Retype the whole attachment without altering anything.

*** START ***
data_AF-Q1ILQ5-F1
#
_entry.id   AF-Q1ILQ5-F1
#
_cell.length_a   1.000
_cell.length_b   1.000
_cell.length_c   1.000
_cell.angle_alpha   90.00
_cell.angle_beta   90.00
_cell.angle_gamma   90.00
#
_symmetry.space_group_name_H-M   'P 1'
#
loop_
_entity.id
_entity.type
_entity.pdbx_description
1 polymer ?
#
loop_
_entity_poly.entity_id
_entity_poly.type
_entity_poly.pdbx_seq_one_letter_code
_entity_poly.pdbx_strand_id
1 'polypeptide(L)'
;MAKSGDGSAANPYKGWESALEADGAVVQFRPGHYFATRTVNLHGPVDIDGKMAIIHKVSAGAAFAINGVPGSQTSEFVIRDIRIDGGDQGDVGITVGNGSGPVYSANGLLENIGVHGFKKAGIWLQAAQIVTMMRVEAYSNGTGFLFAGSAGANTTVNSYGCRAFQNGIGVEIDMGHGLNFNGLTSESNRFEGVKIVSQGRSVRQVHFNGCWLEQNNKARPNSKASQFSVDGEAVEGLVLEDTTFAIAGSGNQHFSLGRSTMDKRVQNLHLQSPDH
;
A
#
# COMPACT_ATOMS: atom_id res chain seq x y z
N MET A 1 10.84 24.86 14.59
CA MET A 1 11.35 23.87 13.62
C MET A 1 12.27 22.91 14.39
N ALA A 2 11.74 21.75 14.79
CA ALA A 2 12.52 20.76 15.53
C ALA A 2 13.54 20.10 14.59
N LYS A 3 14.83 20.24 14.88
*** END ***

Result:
data_AF-Q1ILQ5-F1
#
_entry.id   AF-Q1ILQ5-F1
#
_cell.length_a   1.000
_cell.length_b   1.000
_cell.length_c   1.000
_cell.angle_alpha   90.00
_cell.angle_beta   90.00
_cell.angle_gamma   90.00
#
_symmetry.space_group_name_H-M   'P 1'
#
loop_
_entity.id
_entity.type
_entity.pdbx_description
1 polymer ?
#
loop_
_entity_poly.entity_id
_entity_poly.type
_entity_poly.pdbx_seq_one_letter_code
_entity_poly.pdbx_strand_id
1 'polypeptide(L)'
;MAKSGDGSAANPYKGWESALEADGAVVQFRPGHYFATRTVNLHGPVDIDGKMAIIHKVSAGAAFAINGVPGSQTSEFVIRDIRIDGGDQGDVGITVGNGSGPVYSANGLLENIGVHGFKKAGIWLQAAQIVTMMRVEAYSNGTGFLFAGSAGANTTVNSYGCRAFQNGIGVEIDMGHGLNFNGLTSESNRFEGVKIVSQGRSVRQVHFNGCWLEQNNKARPNSKASQFSVDGEAVEGLVLEDTTFAIAGSGNQHFSLGRSTMDKRVQNLHLQSPDH
;
A
#
# COMPACT_ATOMS: atom_id res chain seq x y z
N MET A 1 10.84 24.86 14.59
CA MET A 1 11.35 23.87 13.62
C MET A 1 12.27 22.91 14.39
N ALA A 2 11.74 21.75 14.79
CA ALA A 2 12.52 20.76 15.53
C ALA A 2 13.54 20.10 14.59
N LYS A 3 14.83 20.24 14.88